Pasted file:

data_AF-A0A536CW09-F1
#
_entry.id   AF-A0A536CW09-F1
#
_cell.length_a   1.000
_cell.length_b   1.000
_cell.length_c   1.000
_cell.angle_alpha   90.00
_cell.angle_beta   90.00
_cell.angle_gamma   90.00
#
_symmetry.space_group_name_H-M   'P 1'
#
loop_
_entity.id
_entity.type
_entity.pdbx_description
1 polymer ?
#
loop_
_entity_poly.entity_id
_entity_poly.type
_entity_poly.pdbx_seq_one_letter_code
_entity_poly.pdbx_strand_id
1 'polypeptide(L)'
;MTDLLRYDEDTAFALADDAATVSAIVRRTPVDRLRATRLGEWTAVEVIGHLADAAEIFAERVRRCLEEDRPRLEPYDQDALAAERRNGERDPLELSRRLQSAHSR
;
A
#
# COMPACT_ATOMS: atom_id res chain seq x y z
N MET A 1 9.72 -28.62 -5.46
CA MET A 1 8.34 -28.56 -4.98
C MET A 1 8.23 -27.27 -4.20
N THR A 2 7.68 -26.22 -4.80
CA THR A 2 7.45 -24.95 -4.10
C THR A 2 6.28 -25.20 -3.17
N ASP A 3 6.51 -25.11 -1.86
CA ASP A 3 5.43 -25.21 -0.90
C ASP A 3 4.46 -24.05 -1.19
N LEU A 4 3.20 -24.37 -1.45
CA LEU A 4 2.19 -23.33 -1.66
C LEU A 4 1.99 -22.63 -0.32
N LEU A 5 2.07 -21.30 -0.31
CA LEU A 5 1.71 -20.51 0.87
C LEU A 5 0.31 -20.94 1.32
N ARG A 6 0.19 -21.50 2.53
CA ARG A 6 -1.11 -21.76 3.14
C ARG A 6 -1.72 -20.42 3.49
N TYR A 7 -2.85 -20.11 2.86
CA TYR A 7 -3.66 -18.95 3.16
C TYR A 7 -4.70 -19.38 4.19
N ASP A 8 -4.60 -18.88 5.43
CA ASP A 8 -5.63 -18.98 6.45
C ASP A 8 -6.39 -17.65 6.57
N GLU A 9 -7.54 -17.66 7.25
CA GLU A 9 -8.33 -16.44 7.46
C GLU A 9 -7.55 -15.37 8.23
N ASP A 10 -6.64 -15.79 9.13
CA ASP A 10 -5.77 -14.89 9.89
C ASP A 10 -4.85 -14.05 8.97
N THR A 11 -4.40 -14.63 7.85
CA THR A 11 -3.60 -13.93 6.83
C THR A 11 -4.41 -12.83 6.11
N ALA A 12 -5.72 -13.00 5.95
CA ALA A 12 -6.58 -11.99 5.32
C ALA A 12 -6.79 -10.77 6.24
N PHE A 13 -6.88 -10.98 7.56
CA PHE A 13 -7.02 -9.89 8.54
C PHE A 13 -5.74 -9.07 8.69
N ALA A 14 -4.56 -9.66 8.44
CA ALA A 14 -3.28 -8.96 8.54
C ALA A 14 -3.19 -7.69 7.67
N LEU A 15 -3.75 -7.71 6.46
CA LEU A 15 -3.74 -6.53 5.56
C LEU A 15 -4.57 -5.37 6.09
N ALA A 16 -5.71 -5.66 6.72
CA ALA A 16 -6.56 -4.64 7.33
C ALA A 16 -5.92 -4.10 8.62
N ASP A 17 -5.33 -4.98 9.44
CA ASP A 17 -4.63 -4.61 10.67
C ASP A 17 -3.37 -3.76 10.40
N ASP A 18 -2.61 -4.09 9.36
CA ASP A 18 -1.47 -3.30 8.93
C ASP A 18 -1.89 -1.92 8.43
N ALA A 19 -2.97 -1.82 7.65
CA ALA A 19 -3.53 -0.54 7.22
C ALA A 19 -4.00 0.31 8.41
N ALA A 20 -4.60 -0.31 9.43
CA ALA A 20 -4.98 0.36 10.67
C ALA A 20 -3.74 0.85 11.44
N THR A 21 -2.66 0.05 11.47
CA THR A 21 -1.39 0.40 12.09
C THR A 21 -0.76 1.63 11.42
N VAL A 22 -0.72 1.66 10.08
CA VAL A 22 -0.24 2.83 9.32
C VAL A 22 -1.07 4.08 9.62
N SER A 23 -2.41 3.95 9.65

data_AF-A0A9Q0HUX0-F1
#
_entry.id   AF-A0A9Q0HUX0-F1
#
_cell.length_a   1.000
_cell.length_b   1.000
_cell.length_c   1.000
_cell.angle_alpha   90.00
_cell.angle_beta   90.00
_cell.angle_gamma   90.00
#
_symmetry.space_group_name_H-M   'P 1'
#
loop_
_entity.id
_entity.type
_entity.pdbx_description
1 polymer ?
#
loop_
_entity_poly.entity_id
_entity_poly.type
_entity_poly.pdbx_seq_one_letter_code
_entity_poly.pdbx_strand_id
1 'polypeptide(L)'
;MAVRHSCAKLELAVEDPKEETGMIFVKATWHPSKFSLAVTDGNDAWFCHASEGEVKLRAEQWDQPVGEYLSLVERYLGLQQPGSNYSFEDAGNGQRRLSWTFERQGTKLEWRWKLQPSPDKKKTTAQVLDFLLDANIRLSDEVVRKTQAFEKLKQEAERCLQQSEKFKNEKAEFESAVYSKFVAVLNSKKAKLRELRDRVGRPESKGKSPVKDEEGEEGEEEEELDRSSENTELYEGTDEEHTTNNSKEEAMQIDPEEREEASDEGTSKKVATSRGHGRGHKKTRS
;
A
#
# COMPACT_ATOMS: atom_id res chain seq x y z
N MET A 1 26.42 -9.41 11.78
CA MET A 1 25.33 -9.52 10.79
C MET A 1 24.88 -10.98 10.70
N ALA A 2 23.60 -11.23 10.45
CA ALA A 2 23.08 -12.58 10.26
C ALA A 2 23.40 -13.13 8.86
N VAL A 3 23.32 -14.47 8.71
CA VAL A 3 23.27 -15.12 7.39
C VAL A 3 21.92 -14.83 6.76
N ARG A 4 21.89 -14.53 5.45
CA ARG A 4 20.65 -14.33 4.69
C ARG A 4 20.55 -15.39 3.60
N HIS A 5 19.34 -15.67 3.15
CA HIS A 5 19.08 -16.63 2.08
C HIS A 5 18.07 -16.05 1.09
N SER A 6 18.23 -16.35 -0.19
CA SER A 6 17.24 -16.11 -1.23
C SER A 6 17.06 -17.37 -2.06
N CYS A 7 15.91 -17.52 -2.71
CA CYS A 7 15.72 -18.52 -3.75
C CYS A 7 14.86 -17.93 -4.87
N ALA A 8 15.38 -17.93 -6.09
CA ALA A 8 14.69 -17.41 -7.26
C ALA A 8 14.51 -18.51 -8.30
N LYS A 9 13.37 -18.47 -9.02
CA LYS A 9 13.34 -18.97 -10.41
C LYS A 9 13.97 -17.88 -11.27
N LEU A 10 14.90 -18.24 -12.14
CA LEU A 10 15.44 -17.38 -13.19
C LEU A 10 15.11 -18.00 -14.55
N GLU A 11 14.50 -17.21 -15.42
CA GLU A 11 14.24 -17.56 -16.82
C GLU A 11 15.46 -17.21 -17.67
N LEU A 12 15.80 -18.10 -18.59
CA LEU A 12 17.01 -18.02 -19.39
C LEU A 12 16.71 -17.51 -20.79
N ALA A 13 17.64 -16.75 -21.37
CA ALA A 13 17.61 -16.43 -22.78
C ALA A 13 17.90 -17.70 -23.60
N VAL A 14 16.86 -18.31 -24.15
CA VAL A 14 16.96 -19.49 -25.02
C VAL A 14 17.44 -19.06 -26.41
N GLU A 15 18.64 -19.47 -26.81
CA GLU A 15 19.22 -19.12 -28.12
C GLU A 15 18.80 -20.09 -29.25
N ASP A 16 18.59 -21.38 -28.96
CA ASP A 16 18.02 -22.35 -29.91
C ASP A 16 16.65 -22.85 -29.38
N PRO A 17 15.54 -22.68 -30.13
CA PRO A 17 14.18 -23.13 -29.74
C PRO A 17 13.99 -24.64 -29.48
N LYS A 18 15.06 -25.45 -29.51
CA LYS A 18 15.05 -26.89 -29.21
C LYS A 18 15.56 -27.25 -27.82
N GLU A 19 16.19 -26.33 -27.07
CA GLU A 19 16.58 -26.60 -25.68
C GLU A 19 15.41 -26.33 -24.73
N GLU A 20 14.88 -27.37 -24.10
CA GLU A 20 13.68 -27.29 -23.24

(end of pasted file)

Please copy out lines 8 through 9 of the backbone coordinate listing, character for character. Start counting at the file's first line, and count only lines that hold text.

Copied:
_cell.angle_alpha   90.00
_cell.angle_beta   90.00